Energy and Mental Wellbeing

We cannot be effective if our minds are cluttered, or if we feel too overwhelmed. Setting aside time to ensure your mental energy is as strong as it can be is so important.

The fuel/tank analogy comes in helpful here too, when you consider the difference between being efficient and being effective.

‘Efficiency is about getting more things done. Effectiveness is about getting the right things done,’ says author James Clear.
‘If you take a moment to think about it, you’ll probably realise that you are better at doing certain tasks at certain times. What type of energy do you have in the morning? Afternoon? Evening? Determine what tasks each energy level and time of day are best suited for,’ he explains.

This is sage advice. We’ve been taught to multi-task – a veritable badge of honour. But what if we’ve been doing this just to keep up, rather than to do the best job or to mindfully pay attention to all the things in our lives? In truth, multi-tasking undermines our productivity. A temporary shift in attention from one task to another simply increases the amount of time necessary to finish the task.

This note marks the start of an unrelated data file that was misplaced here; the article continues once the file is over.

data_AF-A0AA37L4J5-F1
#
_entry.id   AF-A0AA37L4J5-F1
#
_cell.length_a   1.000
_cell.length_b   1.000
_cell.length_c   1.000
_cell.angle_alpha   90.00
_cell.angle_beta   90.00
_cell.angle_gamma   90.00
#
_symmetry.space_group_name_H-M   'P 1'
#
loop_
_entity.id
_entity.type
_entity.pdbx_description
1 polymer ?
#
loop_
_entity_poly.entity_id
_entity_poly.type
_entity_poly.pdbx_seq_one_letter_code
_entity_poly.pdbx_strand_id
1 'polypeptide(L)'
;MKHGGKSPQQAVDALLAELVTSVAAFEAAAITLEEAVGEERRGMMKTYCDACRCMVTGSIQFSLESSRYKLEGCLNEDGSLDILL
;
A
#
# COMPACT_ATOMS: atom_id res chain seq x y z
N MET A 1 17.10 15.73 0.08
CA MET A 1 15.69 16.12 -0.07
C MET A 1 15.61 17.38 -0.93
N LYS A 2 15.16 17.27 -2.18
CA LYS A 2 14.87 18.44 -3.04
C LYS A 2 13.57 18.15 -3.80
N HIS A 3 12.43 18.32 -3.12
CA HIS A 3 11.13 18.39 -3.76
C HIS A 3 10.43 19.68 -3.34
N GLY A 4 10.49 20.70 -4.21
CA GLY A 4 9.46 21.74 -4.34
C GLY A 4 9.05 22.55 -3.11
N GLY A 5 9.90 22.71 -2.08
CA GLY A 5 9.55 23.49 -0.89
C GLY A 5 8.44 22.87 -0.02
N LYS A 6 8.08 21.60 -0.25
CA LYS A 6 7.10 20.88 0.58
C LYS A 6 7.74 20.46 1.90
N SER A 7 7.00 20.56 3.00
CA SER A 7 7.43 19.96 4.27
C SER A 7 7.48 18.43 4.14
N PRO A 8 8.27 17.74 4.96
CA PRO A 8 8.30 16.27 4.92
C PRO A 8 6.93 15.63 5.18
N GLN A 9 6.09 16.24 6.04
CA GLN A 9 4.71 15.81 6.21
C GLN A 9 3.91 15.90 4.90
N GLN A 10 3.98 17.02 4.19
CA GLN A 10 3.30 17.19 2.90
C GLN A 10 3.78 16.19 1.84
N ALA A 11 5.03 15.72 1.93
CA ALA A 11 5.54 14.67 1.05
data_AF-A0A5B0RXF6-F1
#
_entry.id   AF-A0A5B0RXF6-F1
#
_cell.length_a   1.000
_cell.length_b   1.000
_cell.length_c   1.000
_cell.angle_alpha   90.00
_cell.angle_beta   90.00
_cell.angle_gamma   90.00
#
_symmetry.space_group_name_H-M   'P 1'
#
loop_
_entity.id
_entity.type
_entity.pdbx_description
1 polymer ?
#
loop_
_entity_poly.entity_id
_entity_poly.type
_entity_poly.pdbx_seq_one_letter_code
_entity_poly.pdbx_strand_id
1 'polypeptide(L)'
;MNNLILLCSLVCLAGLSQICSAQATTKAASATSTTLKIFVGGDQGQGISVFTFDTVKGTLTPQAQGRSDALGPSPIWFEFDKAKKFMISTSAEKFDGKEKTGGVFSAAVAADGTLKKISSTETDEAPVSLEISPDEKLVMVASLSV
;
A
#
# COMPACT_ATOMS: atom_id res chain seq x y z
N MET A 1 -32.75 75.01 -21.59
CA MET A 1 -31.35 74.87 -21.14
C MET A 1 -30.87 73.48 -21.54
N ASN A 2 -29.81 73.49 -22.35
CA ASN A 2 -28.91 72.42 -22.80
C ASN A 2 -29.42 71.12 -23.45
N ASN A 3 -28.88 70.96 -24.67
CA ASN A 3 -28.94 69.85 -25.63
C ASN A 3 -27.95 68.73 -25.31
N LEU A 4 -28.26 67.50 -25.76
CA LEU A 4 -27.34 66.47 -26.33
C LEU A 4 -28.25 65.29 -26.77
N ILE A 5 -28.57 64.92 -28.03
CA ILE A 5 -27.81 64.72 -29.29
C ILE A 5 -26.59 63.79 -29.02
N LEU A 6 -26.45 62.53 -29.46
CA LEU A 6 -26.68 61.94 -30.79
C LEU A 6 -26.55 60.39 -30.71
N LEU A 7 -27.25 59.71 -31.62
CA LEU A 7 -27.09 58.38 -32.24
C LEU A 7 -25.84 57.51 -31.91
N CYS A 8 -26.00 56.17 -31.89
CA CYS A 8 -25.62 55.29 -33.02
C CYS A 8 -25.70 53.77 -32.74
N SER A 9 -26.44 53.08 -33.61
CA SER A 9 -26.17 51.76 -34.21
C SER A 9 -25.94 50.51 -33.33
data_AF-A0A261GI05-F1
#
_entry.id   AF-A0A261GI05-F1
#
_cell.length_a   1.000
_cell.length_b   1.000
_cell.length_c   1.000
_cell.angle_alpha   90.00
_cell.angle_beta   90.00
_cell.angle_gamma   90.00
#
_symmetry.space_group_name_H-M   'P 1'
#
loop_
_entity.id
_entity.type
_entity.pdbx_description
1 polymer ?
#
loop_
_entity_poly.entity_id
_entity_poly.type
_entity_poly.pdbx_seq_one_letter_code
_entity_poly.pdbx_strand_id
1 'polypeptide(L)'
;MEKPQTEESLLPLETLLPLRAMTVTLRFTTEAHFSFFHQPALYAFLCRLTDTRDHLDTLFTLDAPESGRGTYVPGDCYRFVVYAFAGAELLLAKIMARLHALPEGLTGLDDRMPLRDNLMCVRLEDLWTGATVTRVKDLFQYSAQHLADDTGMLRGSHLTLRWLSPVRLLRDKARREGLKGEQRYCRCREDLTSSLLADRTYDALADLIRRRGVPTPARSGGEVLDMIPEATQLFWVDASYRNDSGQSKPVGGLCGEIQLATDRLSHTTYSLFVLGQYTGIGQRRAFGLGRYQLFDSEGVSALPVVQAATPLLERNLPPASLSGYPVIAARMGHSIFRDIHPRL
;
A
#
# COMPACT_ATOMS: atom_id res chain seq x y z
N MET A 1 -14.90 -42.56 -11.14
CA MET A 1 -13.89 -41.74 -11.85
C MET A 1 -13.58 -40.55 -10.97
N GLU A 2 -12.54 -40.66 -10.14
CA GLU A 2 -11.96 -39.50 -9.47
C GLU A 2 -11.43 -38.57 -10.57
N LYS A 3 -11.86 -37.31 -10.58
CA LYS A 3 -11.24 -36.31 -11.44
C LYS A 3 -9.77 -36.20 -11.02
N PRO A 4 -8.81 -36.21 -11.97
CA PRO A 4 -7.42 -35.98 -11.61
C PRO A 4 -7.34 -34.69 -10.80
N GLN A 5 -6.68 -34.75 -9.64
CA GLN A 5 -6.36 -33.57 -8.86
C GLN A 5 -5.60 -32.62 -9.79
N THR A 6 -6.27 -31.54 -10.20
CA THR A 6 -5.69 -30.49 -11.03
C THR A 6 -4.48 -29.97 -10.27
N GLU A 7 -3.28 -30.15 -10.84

‘You get one, precious life. How do you decide the best way to spend your time? Productivity gurus will often suggest that you focus on being effective rather than being efficient,’ says Clear.

Schwartz agrees. He recalls a client who moved from checking his email constantly, to setting aside dedicated time to check his e-mail just twice a day.

He discovered that working in this focused way, he could clear his inbox each time he opened it – the reward of fully focusing his attention on e-mail for 45 minutes at a time. It left him feeling on top of his workload, energised for the next task, and with far more time on his hands. ‘He reset the expectations of all the people he regularly communicates with by e-mail too,’ explains Schwartz.

‘I’ve told them if it’s an emergency and they need an instant response, they can call me and I’ll always pick up’. Nine months later he has yet to receive a call.
Schwartz’s story clearly reminds us how important boundaries are in ensuring we can manage our to-do list without burning out. It’s not about stopping when you can’t do anymore, it’s knowing how long the journey needs to be.

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